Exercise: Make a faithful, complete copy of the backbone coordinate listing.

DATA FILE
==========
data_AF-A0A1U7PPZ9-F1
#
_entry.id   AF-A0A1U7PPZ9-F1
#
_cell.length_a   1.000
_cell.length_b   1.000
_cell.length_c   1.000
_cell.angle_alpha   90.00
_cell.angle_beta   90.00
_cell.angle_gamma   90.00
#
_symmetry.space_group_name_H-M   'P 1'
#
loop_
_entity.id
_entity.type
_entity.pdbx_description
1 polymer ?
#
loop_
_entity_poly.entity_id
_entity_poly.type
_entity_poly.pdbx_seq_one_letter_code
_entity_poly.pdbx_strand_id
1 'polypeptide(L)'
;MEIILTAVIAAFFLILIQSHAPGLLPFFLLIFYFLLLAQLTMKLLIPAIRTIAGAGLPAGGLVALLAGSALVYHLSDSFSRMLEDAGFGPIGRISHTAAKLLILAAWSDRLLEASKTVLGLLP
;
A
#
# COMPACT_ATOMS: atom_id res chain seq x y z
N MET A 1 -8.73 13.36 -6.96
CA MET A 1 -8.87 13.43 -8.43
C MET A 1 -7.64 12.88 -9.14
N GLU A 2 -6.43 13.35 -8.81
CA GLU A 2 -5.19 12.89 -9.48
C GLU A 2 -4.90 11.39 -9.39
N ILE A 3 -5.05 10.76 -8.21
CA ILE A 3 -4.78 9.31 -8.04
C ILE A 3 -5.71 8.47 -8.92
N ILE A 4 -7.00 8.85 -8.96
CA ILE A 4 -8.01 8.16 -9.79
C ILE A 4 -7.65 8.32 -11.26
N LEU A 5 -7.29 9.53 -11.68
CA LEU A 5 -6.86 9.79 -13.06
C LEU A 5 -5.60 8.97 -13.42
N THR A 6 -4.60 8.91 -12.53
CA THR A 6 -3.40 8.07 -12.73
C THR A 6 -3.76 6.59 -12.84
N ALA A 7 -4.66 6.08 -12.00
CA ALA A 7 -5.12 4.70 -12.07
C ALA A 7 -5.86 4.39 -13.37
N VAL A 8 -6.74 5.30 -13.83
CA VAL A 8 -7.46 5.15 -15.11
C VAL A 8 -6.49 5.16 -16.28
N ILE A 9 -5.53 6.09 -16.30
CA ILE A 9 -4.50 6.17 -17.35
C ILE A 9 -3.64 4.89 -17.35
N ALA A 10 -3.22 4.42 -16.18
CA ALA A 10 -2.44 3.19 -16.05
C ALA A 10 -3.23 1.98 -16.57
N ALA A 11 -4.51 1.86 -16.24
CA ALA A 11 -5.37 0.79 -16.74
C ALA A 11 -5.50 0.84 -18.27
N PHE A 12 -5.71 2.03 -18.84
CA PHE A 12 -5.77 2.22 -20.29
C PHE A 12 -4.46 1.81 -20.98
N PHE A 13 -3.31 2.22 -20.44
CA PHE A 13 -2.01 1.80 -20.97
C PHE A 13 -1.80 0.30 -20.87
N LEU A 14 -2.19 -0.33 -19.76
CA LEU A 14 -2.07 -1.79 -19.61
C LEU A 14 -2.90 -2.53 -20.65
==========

data_AF-A0A1U7PPZ9-F1
#
_entry.id   AF-A0A1U7PPZ9-F1
#
_cell.length_a   1.000
_cell.length_b   1.000
_cell.length_c   1.000
_cell.angle_alpha   90.00
_cell.angle_beta   90.00
_cell.angle_gamma   90.00
#
_symmetry.space_group_name_H-M   'P 1'
#
loop_
_entity.id
_entity.type
_entity.pdbx_description
1 polymer ?
#
loop_
_entity_poly.entity_id
_entity_poly.type
_entity_poly.pdbx_seq_one_letter_code
_entity_poly.pdbx_strand_id
1 'polypeptide(L)'
;MEIILTAVIAAFFLILIQSHAPGLLPFFLLIFYFLLLAQLTMKLLIPAIRTIAGAGLPAGGLVALLAGSALVYHLSDSFSRMLEDAGFGPIGRISHTAAKLLILAAWSDRLLEASKTVLGLLP
;
A
#
# COMPACT_ATOMS: atom_id res chain seq x y z
N MET A 1 -8.73 13.36 -6.96
CA MET A 1 -8.87 13.43 -8.43
C MET A 1 -7.64 12.88 -9.14
N GLU A 2 -6.43 13.35 -8.81
CA GLU A 2 -5.19 12.89 -9.48
C GLU A 2 -4.90 11.39 -9.39
N ILE A 3 -5.05 10.76 -8.21
CA ILE A 3 -4.78 9.31 -8.04
C ILE A 3 -5.71 8.47 -8.92
N ILE A 4 -7.00 8.85 -8.96
CA ILE A 4 -8.01 8.16 -9.79
C ILE A 4 -7.65 8.32 -11.26
N LEU A 5 -7.29 9.53 -11.68
CA LEU A 5 -6.86 9.79 -13.06
C LEU A 5 -5.60 8.97 -13.42
N THR A 6 -4.60 8.91 -12.53
CA THR A 6 -3.40 8.07 -12.73
C THR A 6 -3.76 6.59 -12.84
N ALA A 7 -4.66 6.08 -12.00
CA ALA A 7 -5.12 4.70 -12.07
C ALA A 7 -5.86 4.39 -13.37
N VAL A 8 -6.74 5.30 -13.83
CA VAL A 8 -7.46 5.15 -15.11
C VAL A 8 -6.49 5.16 -16.28
N ILE A 9 -5.53 6.09 -16.30
CA ILE A 9 -4.50 6.17 -17.35
C ILE A 9 -3.64 4.89 -17.35
N ALA A 10 -3.22 4.42 -16.18
CA ALA A 10 -2.44 3.19 -16.05
C ALA A 10 -3.23 1.98 -16.57
N ALA A 11 -4.51 1.86 -16.24
CA ALA A 11 -5.37 0.79 -16.74
C ALA A 11 -5.50 0.84 -18.27
N PHE A 12 -5.71 2.03 -18.84
CA PHE A 12 -5.77 2.22 -20.29
C PHE A 12 -4.46 1.81 -20.98
N PHE A 13 -3.31 2.22 -20.44
CA PHE A 13 -2.01 1.80 -20.97
C PHE A 13 -1.80 0.30 -20.87
N LEU A 14 -2.19 -0.33 -19.76
CA LEU A 14 -2.07 -1.79 -19.61
C LEU A 14 -2.90 -2.53 -20.65